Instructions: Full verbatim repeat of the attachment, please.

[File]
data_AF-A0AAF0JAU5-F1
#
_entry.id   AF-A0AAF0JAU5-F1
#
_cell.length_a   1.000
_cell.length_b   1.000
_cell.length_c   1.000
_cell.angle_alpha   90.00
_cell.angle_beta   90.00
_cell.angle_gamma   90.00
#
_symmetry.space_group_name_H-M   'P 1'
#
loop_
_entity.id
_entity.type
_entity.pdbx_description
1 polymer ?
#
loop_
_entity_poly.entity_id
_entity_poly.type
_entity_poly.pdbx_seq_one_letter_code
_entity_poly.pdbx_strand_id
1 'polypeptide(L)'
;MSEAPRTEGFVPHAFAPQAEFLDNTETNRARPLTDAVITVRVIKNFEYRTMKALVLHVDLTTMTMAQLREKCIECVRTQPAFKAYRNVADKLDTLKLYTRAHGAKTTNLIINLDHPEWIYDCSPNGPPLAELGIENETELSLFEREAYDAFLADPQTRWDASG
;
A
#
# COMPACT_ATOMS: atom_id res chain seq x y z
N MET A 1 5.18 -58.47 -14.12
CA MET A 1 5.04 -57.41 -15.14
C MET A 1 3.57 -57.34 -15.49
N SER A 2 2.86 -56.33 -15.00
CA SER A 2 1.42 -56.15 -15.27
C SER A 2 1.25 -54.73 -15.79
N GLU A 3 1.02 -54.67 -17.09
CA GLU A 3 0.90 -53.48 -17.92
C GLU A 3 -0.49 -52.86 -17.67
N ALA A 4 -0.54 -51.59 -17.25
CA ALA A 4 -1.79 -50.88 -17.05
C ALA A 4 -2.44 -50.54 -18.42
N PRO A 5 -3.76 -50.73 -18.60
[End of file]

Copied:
data_AF-A0AAF0JAU5-F1
#
_entry.id   AF-A0AAF0JAU5-F1
#
_cell.length_a   1.000
_cell.length_b   1.000
_cell.length_c   1.000
_cell.angle_alpha   90.00
_cell.angle_beta   90.00
_cell.angle_gamma   90.00
#
_symmetry.space_group_name_H-M   'P 1'
#
loop_
_entity.id
_entity.type
_entity.pdbx_description
1 polymer ?
#
loop_
_entity_poly.entity_id
_entity_poly.type
_entity_poly.pdbx_seq_one_letter_code
_entity_poly.pdbx_strand_id
1 'polypeptide(L)'
;MSEAPRTEGFVPHAFAPQAEFLDNTETNRARPLTDAVITVRVIKNFEYRTMKALVLHVDLTTMTMAQLREKCIECVRTQPAFKAYRNVADKLDTLKLYTRAHGAKTTNLIINLDHPEWIYDCSPNGPPLAELGIENETELSLFEREAYDAFLADPQTRWDASG
;
A
#
# COMPACT_ATOMS: atom_id res chain seq x y z
N MET A 1 5.18 -58.47 -14.12
CA MET A 1 5.04 -57.41 -15.14
C MET A 1 3.57 -57.34 -15.49
N SER A 2 2.86 -56.33 -15.00
CA SER A 2 1.42 -56.15 -15.27
C SER A 2 1.25 -54.73 -15.79
N GLU A 3 1.02 -54.67 -17.09
CA GLU A 3 0.90 -53.48 -17.92
C GLU A 3 -0.49 -52.86 -17.67
N ALA A 4 -0.54 -51.59 -17.25
CA ALA A 4 -1.79 -50.88 -17.05
C ALA A 4 -2.44 -50.54 -18.42
N PRO A 5 -3.76 -50.73 -18.60